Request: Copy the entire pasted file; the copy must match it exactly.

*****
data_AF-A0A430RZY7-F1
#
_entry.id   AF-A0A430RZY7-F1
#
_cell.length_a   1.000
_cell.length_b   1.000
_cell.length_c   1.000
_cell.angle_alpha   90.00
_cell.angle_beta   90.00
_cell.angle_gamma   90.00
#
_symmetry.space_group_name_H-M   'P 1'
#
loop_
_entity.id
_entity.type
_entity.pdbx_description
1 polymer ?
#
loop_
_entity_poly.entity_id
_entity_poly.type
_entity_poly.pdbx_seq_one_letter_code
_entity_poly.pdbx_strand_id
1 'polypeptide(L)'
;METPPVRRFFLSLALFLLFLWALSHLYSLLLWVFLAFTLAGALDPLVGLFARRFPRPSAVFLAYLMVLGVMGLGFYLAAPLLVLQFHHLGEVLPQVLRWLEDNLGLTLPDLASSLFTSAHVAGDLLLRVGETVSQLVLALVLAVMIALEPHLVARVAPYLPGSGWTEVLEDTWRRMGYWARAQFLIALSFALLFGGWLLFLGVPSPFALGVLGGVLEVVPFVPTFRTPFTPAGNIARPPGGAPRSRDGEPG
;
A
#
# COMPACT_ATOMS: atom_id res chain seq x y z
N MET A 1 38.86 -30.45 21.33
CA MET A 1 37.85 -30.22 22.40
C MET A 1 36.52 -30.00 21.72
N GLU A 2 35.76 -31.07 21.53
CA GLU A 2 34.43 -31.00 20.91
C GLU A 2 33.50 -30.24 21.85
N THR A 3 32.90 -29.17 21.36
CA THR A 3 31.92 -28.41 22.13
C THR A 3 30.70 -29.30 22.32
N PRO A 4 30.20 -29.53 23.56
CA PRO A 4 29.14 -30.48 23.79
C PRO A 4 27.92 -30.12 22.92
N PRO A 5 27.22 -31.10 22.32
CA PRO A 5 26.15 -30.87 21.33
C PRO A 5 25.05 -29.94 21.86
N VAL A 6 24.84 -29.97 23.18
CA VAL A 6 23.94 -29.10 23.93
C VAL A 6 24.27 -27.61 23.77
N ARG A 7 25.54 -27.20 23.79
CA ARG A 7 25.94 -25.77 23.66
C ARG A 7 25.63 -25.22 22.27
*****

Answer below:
data_AF-A0A430RZY7-F1
#
_entry.id   AF-A0A430RZY7-F1
#
_cell.length_a   1.000
_cell.length_b   1.000
_cell.length_c   1.000
_cell.angle_alpha   90.00
_cell.angle_beta   90.00
_cell.angle_gamma   90.00
#
_symmetry.space_group_name_H-M   'P 1'
#
loop_
_entity.id
_entity.type
_entity.pdbx_description
1 polymer ?
#
loop_
_entity_poly.entity_id
_entity_poly.type
_entity_poly.pdbx_seq_one_letter_code
_entity_poly.pdbx_strand_id
1 'polypeptide(L)'
;METPPVRRFFLSLALFLLFLWALSHLYSLLLWVFLAFTLAGALDPLVGLFARRFPRPSAVFLAYLMVLGVMGLGFYLAAPLLVLQFHHLGEVLPQVLRWLEDNLGLTLPDLASSLFTSAHVAGDLLLRVGETVSQLVLALVLAVMIALEPHLVARVAPYLPGSGWTEVLEDTWRRMGYWARAQFLIALSFALLFGGWLLFLGVPSPFALGVLGGVLEVVPFVPTFRTPFTPAGNIARPPGGAPRSRDGEPG
;
A
#
# COMPACT_ATOMS: atom_id res chain seq x y z
N MET A 1 38.86 -30.45 21.33
CA MET A 1 37.85 -30.22 22.40
C MET A 1 36.52 -30.00 21.72
N GLU A 2 35.76 -31.07 21.53
CA GLU A 2 34.43 -31.00 20.91
C GLU A 2 33.50 -30.24 21.85
N THR A 3 32.90 -29.17 21.36
CA THR A 3 31.92 -28.41 22.13
C THR A 3 30.70 -29.30 22.32
N PRO A 4 30.20 -29.53 23.56
CA PRO A 4 29.14 -30.48 23.79
C PRO A 4 27.92 -30.12 22.92
N PRO A 5 27.22 -31.10 22.32
CA PRO A 5 26.15 -30.87 21.33
C PRO A 5 25.05 -29.94 21.86
N VAL A 6 24.84 -29.97 23.18
CA VAL A 6 23.94 -29.10 23.93
C VAL A 6 24.27 -27.61 23.77
N ARG A 7 25.54 -27.20 23.79
CA ARG A 7 25.94 -25.77 23.66
C ARG A 7 25.63 -25.22 22.27